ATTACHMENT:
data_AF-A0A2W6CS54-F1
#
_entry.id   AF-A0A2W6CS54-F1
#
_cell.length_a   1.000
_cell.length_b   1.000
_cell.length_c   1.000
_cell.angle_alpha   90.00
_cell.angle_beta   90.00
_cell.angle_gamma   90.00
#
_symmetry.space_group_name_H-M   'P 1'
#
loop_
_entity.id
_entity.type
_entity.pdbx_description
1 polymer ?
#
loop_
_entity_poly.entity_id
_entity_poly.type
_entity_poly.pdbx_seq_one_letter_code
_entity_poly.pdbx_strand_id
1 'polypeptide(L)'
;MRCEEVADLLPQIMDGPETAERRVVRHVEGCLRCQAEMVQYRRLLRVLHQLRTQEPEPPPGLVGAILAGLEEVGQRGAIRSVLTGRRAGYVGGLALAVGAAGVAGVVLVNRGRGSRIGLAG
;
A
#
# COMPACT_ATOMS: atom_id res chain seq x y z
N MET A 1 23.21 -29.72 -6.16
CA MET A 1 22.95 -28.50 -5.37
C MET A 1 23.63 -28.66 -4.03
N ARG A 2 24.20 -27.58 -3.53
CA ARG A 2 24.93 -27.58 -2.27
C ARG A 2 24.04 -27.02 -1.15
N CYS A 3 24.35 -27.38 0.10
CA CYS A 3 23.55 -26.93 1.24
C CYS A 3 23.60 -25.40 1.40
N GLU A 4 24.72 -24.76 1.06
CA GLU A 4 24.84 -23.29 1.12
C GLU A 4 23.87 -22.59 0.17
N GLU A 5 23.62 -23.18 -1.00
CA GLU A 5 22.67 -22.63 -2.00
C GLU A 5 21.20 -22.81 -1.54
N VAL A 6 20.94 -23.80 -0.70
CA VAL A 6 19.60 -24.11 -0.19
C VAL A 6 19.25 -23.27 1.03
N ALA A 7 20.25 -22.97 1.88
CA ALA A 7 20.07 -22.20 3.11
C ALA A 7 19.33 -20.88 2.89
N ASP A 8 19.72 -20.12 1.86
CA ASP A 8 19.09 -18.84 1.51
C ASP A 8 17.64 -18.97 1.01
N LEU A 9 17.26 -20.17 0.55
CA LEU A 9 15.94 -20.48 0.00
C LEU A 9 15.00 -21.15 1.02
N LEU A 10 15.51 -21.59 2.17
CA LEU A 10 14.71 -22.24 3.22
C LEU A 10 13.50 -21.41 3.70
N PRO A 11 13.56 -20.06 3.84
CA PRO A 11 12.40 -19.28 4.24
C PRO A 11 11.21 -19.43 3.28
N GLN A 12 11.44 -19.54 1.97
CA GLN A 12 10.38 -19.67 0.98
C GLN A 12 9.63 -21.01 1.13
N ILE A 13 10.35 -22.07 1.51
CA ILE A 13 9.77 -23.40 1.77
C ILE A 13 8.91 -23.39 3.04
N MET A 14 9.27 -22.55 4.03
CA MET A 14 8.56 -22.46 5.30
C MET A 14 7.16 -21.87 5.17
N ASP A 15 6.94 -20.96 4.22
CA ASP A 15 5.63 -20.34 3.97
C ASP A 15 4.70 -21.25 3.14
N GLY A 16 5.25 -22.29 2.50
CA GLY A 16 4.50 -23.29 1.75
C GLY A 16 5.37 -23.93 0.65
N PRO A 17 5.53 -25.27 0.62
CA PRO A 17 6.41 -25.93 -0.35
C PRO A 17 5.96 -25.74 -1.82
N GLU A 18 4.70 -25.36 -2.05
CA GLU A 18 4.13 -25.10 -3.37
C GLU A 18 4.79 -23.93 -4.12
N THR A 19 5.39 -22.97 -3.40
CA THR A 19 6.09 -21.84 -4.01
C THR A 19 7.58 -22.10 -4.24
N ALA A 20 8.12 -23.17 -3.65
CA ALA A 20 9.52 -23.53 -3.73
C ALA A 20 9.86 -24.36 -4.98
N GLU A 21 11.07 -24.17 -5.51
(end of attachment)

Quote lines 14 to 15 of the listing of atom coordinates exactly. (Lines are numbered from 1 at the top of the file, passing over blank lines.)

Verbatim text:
loop_
_entity.id